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Fig 3. Regional association plots for associated loci in the GWAS meta-analysis of sciatica.

The associations along with recombination rates and genes on the region are shown in 2 Mb windows surrounding the lead SNP, to provide a graphical view of the associated region. SNPs are plotted by position on chromosome (x-axis) against association with sciatica (-log10 –p-value, y-axis). The lead SNP is shown with a purple diamond. Color intensity of each dot depicting a SNP reflects the extent of LD with the lead SNP, colored red (r2<0.8) through blue (r2<0.2). The LD has been estimated using 1000 Genomes, Mar2012 release, European population (see URLs). Physical positions are based on of the human genome build 37 (NCBI). 9p22.3: (NFIB) represented by rs71321981 (chr9:14344410:I, p = 1.30x10-8). No usable LD information was available for this SNP. 15q21.2: (MYO5A) represented by rs145901849 (p = 1.34x10-8). The associated region harbor SNPs in the MYO5A (p < 5x10-8) (red circle) and SNPs in the surrounding genes MYO5C, LYSMD2, ARPP19, and FAM214A (p<1.0x10-6) (blue circles). 6p21.32: (HLA-DRB5) represented by rs115488695 (p = 3.58x10-7). The HLA gene region (6p21.32) has previously been associated with musculoskeletal disorders; SNPs (rs2187689, rs7767277) nearby TAP1 (violet circle) were associated with lumbar disc degeneration in the meta-analysis of Northern European individuals [26], two SNPs (rs7775228, rs10947262) within BTNL2 and nearby HLA-DQB1 genes (green circles) were associated with knee osteoarthritis in a Japanese GWAS [27), and two SNPs (rs2076311 and rs1799907) within COL11A2 (blue circle) were associated with magnetic resonance-determined disc signal intensity [28], and with degenerative lumbar spinal stenosis with radicular pain in Finnish individuals [29].

https://doi.org/10.1371/journal.pone.0163877.g003

All five significantly associated variants have relatively low frequencies (MAF≤0.08). The insertion chr9:14344410:I at 9p22.3 (NFIB) has similar frequencies in the Finnish and other European populations (7% and 8%, respectively), whereas all four lead variants at the locus 15q21.2 (MYO5A) were more frequent in Finnish population (6–7%) than in other Europeans (0–2%, respectively) (Table 2; S5 Table; 1000 Genomes Project; see URLs).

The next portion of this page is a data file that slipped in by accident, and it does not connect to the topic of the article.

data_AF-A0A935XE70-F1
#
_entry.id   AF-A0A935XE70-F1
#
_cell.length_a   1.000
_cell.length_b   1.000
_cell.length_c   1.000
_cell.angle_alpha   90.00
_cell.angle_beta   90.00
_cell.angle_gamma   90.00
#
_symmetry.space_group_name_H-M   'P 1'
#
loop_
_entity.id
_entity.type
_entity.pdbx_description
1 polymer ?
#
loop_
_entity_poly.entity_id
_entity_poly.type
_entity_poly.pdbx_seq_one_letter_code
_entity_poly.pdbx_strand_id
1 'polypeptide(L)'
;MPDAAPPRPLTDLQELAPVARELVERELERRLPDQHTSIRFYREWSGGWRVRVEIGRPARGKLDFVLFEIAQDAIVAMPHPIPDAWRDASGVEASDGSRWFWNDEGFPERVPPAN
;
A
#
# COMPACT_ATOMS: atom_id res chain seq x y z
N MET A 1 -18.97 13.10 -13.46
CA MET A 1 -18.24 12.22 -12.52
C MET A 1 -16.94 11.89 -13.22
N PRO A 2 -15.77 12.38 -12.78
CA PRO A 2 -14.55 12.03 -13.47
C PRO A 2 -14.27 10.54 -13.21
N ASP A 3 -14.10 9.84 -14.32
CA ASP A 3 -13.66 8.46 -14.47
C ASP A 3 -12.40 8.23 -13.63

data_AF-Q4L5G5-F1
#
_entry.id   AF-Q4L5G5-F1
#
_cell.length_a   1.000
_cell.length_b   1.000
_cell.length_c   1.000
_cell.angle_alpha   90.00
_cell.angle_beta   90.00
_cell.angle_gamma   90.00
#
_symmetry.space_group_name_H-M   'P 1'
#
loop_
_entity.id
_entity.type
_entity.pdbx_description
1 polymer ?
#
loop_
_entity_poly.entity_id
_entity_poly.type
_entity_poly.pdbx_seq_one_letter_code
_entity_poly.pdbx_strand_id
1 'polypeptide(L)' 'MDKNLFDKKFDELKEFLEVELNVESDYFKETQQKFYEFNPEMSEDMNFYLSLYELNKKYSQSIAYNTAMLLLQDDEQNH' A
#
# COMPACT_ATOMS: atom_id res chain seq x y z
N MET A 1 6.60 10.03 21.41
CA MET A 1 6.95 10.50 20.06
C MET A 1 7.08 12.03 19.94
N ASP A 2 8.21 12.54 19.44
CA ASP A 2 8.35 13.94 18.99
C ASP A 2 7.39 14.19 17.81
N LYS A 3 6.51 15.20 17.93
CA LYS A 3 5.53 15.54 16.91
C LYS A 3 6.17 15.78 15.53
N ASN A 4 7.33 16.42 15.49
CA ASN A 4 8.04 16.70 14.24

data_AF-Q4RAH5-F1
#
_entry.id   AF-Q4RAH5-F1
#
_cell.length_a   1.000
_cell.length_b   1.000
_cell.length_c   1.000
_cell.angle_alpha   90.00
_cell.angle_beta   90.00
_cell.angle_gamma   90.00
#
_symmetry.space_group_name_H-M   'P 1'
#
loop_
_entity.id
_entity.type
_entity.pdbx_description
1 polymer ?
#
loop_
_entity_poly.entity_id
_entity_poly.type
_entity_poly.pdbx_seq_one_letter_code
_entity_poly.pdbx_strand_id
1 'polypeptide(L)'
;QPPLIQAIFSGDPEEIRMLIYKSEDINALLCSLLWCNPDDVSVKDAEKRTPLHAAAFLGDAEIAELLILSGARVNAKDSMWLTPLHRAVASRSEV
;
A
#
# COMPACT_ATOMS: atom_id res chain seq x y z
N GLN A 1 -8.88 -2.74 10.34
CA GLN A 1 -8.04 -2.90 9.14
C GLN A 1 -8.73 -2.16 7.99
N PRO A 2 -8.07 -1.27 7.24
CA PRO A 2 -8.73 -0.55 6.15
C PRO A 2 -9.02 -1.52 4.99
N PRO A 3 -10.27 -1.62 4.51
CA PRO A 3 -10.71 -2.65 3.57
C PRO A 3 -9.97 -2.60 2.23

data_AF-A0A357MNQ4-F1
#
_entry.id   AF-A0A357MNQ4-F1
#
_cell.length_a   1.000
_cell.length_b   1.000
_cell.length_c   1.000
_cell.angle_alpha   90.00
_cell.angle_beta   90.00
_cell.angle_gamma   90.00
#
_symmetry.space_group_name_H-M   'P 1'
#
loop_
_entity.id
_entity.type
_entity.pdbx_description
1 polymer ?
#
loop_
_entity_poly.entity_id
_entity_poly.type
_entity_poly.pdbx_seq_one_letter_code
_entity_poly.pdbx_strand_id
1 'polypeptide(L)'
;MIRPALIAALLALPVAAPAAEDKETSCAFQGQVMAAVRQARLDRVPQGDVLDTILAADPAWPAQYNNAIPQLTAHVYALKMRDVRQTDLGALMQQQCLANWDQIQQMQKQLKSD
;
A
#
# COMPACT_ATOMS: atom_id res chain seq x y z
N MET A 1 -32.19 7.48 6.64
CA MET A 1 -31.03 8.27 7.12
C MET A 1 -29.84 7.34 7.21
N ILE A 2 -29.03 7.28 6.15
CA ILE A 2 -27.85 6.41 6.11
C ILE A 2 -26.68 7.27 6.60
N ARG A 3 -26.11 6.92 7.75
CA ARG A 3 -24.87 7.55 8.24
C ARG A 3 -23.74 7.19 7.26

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Table 2. SNPs exhibiting genome-wide significant association with sciatica in the GWAS meta-analysis.

https://doi.org/10.1371/journal.pone.0163877.t002

In addition, 176 variants at 30 loci showed suggestive associations with sciatica (p<1.0x10-5) (Fig 2; S1 Fig; S2 and S3 Tables). Of these, 45 variants were within a 1.4 Mb region at 6p21.32–33 in the HLA gene region, with six lead SNPs having p<1x10-6. Four of these (s115949512, rs3094014, rs114615271, rs115688765) were in perfect LD (r2≥0.97) within or nearby the HCP5 gene at 6p21.33, and two (rs190606317 and rs115488695) were in moderate LD (r2≥0.31) within or nearby the HLA-DRB5 gene at 6p21.32 (S6 Table). The locus 6p21.32 has previously been associated with lumbar disc degeneration and osteoarthritis (OMIM 165720) [26, 27] (Fig 3).

The genome-wide inflation factor in the meta-analysis was low (λGC = 0.99). Manhattan and Quantile-Quantile (QQ) -plots for meta-analysis of adjusted genome-wide association results (adjusted for age, sex and the seven principal components of the genetic data) are shown in Fig 2 and S1 Fig. Regional plots for the associated loci are shown in the Fig 3. Manhattan and QQ -plots of adjusted individual GWAS are shown in S2, S3, S4 and S5 Figs.

Replication